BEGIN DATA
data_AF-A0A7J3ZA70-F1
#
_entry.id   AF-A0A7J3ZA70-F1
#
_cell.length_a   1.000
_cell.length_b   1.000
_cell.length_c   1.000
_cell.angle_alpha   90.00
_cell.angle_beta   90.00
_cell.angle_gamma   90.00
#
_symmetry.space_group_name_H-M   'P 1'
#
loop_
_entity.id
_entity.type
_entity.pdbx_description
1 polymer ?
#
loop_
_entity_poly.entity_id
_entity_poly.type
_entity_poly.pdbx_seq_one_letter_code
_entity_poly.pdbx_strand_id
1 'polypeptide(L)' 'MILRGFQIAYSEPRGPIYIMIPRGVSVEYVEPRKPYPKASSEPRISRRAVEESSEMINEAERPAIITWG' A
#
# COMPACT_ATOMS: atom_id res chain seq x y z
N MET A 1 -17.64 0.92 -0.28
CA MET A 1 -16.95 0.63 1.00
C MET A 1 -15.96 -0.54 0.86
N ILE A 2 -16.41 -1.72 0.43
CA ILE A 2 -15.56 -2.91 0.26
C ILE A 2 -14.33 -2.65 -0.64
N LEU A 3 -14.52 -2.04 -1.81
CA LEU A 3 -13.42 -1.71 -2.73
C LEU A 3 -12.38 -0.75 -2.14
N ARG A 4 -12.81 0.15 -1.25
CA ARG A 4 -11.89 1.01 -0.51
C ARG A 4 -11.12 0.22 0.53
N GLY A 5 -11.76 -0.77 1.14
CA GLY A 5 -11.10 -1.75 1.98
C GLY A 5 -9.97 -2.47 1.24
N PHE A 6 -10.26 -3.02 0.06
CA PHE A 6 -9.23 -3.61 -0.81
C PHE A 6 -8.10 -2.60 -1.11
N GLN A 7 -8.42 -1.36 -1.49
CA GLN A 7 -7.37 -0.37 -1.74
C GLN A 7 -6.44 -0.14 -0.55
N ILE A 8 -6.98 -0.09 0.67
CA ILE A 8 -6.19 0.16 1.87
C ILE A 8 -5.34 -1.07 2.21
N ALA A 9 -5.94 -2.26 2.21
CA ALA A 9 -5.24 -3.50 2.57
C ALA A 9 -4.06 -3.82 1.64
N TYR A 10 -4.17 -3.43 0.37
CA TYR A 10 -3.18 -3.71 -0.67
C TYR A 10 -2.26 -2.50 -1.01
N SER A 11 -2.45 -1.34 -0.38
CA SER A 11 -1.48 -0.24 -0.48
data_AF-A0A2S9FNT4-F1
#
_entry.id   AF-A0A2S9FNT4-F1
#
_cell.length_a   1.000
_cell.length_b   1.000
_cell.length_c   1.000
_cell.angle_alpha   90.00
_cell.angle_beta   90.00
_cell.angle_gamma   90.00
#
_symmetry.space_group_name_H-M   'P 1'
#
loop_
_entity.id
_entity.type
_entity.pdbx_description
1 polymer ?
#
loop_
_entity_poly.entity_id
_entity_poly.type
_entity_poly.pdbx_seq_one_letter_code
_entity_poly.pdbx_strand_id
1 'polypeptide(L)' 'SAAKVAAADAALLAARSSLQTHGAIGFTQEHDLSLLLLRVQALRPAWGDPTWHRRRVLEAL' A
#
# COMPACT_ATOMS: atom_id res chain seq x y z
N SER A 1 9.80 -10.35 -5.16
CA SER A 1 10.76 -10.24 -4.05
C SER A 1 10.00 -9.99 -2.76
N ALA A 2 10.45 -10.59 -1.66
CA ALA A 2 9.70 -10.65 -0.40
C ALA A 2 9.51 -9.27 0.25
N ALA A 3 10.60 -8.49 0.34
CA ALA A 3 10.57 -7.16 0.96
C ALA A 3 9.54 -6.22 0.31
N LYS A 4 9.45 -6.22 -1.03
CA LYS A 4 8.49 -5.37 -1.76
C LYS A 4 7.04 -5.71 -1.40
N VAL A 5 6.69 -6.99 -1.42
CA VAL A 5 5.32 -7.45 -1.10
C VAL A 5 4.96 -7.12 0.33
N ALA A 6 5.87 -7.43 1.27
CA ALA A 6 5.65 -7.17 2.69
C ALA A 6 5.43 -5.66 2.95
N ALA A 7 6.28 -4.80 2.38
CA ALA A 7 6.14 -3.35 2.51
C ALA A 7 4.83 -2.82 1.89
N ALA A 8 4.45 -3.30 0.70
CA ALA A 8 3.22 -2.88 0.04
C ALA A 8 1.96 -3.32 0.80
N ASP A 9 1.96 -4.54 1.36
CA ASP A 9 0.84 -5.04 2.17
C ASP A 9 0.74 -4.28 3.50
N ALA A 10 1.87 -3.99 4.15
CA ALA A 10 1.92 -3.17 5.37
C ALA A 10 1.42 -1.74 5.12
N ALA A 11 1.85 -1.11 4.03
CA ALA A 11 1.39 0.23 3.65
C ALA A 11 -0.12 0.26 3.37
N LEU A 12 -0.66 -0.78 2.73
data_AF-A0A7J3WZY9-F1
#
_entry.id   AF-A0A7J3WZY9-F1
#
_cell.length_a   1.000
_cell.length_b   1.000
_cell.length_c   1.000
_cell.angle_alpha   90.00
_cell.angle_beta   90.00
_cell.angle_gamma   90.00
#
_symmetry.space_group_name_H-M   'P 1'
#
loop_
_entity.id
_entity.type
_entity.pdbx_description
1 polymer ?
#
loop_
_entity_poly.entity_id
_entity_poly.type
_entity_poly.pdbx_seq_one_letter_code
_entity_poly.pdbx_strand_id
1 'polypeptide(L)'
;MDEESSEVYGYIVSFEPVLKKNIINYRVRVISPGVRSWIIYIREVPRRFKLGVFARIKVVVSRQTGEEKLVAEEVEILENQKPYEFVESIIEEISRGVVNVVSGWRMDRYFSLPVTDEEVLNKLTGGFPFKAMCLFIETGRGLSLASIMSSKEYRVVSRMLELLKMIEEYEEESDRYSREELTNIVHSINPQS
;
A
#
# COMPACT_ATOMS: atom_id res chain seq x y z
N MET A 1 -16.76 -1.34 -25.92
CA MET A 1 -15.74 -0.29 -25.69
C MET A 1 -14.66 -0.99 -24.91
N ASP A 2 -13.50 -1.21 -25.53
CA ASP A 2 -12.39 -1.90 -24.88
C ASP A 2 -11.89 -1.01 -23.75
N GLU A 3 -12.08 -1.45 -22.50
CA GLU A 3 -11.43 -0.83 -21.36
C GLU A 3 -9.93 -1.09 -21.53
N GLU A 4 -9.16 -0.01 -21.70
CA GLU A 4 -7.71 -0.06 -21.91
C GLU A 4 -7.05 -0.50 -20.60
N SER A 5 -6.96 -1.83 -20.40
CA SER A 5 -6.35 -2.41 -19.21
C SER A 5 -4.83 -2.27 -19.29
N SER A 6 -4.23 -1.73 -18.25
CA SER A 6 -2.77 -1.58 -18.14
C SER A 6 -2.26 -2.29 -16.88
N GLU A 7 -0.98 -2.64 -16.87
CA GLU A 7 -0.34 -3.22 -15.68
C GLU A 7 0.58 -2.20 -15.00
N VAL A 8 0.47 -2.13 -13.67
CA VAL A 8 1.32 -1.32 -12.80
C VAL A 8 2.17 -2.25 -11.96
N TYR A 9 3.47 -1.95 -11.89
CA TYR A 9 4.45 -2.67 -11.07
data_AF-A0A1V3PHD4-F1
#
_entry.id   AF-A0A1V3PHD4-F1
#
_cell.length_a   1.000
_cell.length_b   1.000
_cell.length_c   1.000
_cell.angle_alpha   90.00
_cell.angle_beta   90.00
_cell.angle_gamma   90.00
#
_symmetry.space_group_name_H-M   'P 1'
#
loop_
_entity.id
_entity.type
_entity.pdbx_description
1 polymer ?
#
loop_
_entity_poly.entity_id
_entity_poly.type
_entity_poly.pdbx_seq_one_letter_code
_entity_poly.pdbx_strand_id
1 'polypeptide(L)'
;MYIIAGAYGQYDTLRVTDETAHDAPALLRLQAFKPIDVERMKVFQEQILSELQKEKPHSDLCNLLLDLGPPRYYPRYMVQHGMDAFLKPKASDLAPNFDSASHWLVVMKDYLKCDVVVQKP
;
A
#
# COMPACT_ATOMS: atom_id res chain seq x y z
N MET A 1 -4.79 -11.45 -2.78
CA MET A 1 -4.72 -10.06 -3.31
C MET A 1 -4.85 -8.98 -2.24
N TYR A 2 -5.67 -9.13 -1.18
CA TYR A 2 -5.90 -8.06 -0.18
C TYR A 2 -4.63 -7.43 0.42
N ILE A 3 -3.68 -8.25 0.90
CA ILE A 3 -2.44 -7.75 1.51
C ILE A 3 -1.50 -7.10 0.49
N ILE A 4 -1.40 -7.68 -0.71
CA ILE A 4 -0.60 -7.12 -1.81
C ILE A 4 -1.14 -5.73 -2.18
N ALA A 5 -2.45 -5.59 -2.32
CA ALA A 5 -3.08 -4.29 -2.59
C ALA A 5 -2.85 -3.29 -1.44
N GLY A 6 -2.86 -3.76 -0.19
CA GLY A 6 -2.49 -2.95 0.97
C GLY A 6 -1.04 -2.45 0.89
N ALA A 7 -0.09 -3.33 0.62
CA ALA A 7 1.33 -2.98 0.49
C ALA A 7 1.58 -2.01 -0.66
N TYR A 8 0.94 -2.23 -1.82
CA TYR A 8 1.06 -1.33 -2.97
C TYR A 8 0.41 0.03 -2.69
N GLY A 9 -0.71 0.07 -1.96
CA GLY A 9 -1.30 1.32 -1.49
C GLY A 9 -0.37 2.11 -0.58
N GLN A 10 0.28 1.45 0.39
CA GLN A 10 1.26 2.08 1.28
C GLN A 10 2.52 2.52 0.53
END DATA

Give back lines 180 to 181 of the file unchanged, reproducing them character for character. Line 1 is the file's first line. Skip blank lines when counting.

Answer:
#
_cell.length_a   1.000